TRADE SECRETARY Ramon M. Lopez remains confident in the economic recovery despite weaker Philippine manufacturing in October, calling the decline a “pause” in momentum.
The manufacturing Purchasing Managers’ Index (PMI) fell to 48.5 last month from 50.1 in September, the seventh time the index fell below the 50-point level marking the line between expansion and contraction.
IHS Markit said operating conditions in the sector worsened as new orders declined, businesses closed, and consumer demand weakened while the pandemic persisted.
Mr. Lopez in a statement Wednesday said staffing at companies is still reduced even though fewer businesses closed. Restrictions on movement and large gatherings are still in force.
“But we have started the reopening of the economy and shall continue to do so gradually and safely,” he said.
He said that the government is working on ensuring strict implementation of health standards in workplaces to improve consumer confidence. The government has also introduced tax breaks to encourage the production of goods needed to address the health crisis, such as medical supplies and personal protective equipment.
“We are confident that the economy is generally on the path to recovery, although overall demand will still be subdued as compared to pre-pandemic levels, as some jobs are just starting to be recovered,” Mr. Lopez said.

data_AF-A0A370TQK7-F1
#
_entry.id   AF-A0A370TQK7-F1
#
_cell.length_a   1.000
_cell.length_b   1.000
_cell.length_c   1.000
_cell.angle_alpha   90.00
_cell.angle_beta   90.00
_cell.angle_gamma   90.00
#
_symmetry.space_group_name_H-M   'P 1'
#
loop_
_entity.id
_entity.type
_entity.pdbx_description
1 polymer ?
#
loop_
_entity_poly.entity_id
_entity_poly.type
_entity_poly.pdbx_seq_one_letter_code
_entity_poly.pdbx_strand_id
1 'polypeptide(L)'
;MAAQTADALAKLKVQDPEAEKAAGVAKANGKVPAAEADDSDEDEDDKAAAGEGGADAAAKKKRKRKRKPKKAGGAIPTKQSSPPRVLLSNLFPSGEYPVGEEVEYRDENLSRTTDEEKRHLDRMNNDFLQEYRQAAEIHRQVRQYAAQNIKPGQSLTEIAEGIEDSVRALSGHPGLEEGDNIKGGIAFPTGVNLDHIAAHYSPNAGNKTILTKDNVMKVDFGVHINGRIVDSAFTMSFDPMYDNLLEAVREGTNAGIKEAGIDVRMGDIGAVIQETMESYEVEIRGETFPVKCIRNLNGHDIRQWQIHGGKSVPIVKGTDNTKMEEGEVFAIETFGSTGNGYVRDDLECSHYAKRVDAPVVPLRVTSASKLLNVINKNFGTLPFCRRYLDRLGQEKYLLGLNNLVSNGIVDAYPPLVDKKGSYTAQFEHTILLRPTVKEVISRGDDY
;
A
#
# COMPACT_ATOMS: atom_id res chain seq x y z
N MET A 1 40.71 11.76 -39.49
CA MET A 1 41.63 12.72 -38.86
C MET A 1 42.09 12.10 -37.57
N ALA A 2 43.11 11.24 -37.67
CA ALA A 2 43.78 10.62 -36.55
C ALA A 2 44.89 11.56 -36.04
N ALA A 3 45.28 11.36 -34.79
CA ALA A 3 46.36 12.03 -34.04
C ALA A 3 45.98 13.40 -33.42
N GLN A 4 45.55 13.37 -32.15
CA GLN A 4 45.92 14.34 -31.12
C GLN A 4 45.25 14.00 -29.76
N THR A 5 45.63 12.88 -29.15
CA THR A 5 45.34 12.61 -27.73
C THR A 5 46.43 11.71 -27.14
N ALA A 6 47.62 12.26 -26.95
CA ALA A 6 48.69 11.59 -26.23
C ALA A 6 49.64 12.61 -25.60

The PMI presents the weighted average of five indices: new orders, output, employment, supplier delivery times, and purchase stocks. As a measure of expected orders by purchasing managers, it is considered a leading indicator for manufacturing activity as raw materials ordered are transformed into processed goods.
IHS Markit said Philippine production volumes and new orders fell due to weak demand. Manufacturing companies also continue to cut staff.
Supplier shortages due to uncertain demand depleted stocks of raw material and finished goods, while delivery times were delayed because of transport restrictions.
Manufacturers, IHS Markit said, expect production to increase next year, although they anticipate that the pandemic will have a long-term impact on production.
Among selected members of the Association of Southeast Asian Nations, the Philippine index was below those of Thailand and Vietnam, and was tied with Malaysia. — Jenina P. Ibañez